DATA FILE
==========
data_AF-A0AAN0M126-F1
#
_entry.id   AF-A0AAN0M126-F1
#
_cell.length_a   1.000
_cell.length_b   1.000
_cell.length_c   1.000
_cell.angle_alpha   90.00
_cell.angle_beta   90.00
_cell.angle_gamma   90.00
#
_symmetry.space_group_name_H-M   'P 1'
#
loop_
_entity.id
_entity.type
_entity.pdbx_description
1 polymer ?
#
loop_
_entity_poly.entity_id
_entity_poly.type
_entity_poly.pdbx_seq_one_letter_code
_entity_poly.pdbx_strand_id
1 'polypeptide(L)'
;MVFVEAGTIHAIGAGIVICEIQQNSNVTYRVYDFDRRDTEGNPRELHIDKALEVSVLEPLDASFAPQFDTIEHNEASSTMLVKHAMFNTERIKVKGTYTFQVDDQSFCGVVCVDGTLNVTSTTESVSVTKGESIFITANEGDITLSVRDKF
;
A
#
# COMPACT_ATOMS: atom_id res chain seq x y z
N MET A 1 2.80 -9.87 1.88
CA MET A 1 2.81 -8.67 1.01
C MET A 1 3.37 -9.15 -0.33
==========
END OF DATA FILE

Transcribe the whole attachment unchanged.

data_AF-A0AAN0M126-F1
#
_entry.id   AF-A0AAN0M126-F1
#
_cell.length_a   1.000
_cell.length_b   1.000
_cell.length_c   1.000
_cell.angle_alpha   90.00
_cell.angle_beta   90.00
_cell.angle_gamma   90.00
#
_symmetry.space_group_name_H-M   'P 1'
#
loop_
_entity.id
_entity.type
_entity.pdbx_description
1 polymer ?
#
loop_
_entity_poly.entity_id
_entity_poly.type
_entity_poly.pdbx_seq_one_letter_code
_entity_poly.pdbx_strand_id
1 'polypeptide(L)'
;MVFVEAGTIHAIGAGIVICEIQQNSNVTYRVYDFDRRDTEGNPRELHIDKALEVSVLEPLDASFAPQFDTIEHNEASSTMLVKHAMFNTERIKVKGTYTFQVDDQSFCGVVCVDGTLNVTSTTESVSVTKGESIFITANEGDITLSVRDKF
;
A
#
# COMPACT_ATOMS: atom_id res chain seq x y z
N MET A 1 2.80 -9.87 1.88
CA MET A 1 2.81 -8.67 1.01
C MET A 1 3.37 -9.15 -0.33